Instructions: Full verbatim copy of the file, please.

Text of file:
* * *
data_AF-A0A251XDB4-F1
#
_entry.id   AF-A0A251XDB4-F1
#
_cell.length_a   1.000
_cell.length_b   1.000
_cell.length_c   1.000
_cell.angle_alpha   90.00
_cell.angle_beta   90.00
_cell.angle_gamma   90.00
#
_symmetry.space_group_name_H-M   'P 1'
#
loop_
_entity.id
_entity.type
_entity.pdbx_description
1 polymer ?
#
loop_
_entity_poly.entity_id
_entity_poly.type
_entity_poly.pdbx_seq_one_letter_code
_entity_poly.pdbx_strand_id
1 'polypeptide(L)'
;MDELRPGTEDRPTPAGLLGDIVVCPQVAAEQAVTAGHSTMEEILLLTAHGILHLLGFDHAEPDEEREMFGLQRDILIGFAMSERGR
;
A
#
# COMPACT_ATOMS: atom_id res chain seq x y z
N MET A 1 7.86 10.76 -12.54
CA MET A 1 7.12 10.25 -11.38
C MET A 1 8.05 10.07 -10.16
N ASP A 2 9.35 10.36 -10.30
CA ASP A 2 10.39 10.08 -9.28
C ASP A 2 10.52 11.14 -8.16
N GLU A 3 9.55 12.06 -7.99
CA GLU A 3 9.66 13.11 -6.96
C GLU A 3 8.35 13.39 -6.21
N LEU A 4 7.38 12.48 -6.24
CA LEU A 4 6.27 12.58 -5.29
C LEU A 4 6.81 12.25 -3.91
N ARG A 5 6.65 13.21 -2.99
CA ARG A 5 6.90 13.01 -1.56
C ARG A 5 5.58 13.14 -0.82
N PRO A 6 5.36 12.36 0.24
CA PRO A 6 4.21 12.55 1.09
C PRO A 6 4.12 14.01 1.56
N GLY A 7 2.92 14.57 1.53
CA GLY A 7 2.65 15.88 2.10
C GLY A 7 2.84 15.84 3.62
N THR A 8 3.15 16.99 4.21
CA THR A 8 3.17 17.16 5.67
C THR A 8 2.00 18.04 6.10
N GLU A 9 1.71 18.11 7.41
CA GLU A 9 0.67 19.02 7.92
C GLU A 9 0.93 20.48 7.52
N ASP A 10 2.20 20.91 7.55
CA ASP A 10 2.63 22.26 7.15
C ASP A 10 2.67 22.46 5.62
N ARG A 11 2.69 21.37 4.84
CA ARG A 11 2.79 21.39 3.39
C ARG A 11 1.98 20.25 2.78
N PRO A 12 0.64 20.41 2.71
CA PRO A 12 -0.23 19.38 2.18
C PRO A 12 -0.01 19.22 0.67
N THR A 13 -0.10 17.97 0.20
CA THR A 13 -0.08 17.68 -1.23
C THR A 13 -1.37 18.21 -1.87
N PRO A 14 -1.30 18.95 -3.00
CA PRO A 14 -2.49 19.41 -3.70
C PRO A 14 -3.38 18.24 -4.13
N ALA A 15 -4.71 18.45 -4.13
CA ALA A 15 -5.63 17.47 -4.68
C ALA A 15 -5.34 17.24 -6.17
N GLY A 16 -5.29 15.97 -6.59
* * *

data_AF-A0A251XDB4-F1
#
_entry.id   AF-A0A251XDB4-F1
#
_cell.length_a   1.000
_cell.length_b   1.000
_cell.length_c   1.000
_cell.angle_alpha   90.00
_cell.angle_beta   90.00
_cell.angle_gamma   90.00
#
_symmetry.space_group_name_H-M   'P 1'
#
loop_
_entity.id
_entity.type
_entity.pdbx_description
1 polymer ?
#
loop_
_entity_poly.entity_id
_entity_poly.type
_entity_poly.pdbx_seq_one_letter_code
_entity_poly.pdbx_strand_id
1 'polypeptide(L)'
;MDELRPGTEDRPTPAGLLGDIVVCPQVAAEQAVTAGHSTMEEILLLTAHGILHLLGFDHAEPDEEREMFGLQRDILIGFAMSERGR
;
A
#
# COMPACT_ATOMS: atom_id res chain seq x y z
N MET A 1 7.86 10.76 -12.54
CA MET A 1 7.12 10.25 -11.38
C MET A 1 8.05 10.07 -10.16
N ASP A 2 9.35 10.36 -10.30
CA ASP A 2 10.39 10.08 -9.28
C ASP A 2 10.52 11.14 -8.16
N GLU A 3 9.55 12.06 -7.99
CA GLU A 3 9.66 13.11 -6.96
C GLU A 3 8.35 13.39 -6.21
N LEU A 4 7.38 12.48 -6.24
CA LEU A 4 6.27 12.58 -5.29
C LEU A 4 6.81 12.25 -3.91
N ARG A 5 6.65 13.21 -2.99
CA ARG A 5 6.90 13.01 -1.56
C ARG A 5 5.58 13.14 -0.82
N PRO A 6 5.36 12.36 0.24
CA PRO A 6 4.21 12.55 1.09
C PRO A 6 4.12 14.01 1.56
N GLY A 7 2.92 14.57 1.53
CA GLY A 7 2.65 15.88 2.10
C GLY A 7 2.84 15.84 3.62
N THR A 8 3.15 16.99 4.21
CA THR A 8 3.17 17.16 5.67
C THR A 8 2.00 18.04 6.10
N GLU A 9 1.71 18.11 7.41
CA GLU A 9 0.67 19.02 7.92
C GLU A 9 0.93 20.48 7.52
N ASP A 10 2.20 20.91 7.55
CA ASP A 10 2.63 22.26 7.15
C ASP A 10 2.67 22.46 5.62
N ARG A 11 2.69 21.37 4.84
CA ARG A 11 2.79 21.39 3.39
C ARG A 11 1.98 20.25 2.78
N PRO A 12 0.64 20.41 2.71
CA PRO A 12 -0.23 19.38 2.18
C PRO A 12 -0.01 19.22 0.67
N THR A 13 -0.10 17.97 0.20
CA THR A 13 -0.08 17.68 -1.23
C THR A 13 -1.37 18.21 -1.87
N PRO A 14 -1.30 18.95 -3.00
CA PRO A 14 -2.49 19.41 -3.70
C PRO A 14 -3.38 18.24 -4.13
N ALA A 15 -4.71 18.45 -4.13
CA ALA A 15 -5.63 17.47 -4.68
C ALA A 15 -5.34 17.24 -6.17
N GLY A 16 -5.29 15.97 -6.59